Reasons for our likes and dislikes

It is interesting to follow stands of arguments. Someone has half a dozen reasons to do something. Someone else has half a dozen reasons to do something else.

Logic drives our actions, and we find a dozen reasons to justify why we are doing it.

A new logic makes us do something else. And we find another dozen reasons to justify that too.


Henry and Ruby are discussing which car to buy. Henry likes Brand Z and Ruby likes Brand Y. He has his reasons. She has hers. Both aren't able to convince each other. Why?

Because the preference for the brand is preconceived, moulded by some logic, some reason, which both Henry nor Ruby are holding firmly to.

It's not just with cars.


Nora prefers to be single and has been ignoring the suggestions of her close friends and family on why she should get married. She has reasons to be single.

But every time her closest friend Lily manages to persuade her to give marriage a thought, Nora has her own reasons to say why all the guys A, B, C, D and E  are simply not the worth the trouble sharing her life with.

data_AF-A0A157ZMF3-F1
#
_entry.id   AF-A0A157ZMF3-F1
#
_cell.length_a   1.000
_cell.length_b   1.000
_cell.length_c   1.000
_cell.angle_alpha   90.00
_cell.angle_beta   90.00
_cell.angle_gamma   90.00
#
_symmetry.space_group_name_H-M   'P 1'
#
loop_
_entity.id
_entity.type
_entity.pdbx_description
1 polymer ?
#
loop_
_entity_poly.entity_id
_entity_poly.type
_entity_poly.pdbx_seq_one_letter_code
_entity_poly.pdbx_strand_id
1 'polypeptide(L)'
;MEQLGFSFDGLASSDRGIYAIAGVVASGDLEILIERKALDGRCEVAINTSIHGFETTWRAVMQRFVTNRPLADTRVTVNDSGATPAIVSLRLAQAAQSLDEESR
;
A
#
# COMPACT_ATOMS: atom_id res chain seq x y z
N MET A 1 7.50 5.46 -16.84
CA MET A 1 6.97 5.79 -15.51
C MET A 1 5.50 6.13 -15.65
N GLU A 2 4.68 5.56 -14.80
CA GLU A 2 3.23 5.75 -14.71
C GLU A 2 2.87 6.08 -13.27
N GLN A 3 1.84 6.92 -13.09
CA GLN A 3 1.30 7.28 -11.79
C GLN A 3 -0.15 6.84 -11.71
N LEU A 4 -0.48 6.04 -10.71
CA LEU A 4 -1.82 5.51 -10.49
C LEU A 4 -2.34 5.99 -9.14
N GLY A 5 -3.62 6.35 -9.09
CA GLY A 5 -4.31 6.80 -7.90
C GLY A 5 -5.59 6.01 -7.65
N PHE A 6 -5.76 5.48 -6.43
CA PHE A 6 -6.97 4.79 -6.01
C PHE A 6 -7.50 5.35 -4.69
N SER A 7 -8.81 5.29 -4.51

Lily is actually finding reasons to push her point of view. And Nora is finding reasons to stay single.

Will Henry ever like Brand Y and will Ruby ever like Brand Z?

Will Nora ever get married?

Not unlikely.


One day, it finally dawns on Henry that his preferred car Brand Z is actually way too expensive and his financial jugglery (he elaborately planned) will simply not work. He finds merits in Ruby's arguments. Both heads to the showroom to buy Brand Y.

What about Nora? She gets married to William.

"William?" wonders Lily. "Why William?"

"Why not? I like him," says Nora. "Moreover, I am tired and bored of being alone. And there are so many other reasons why I thought I must get married."

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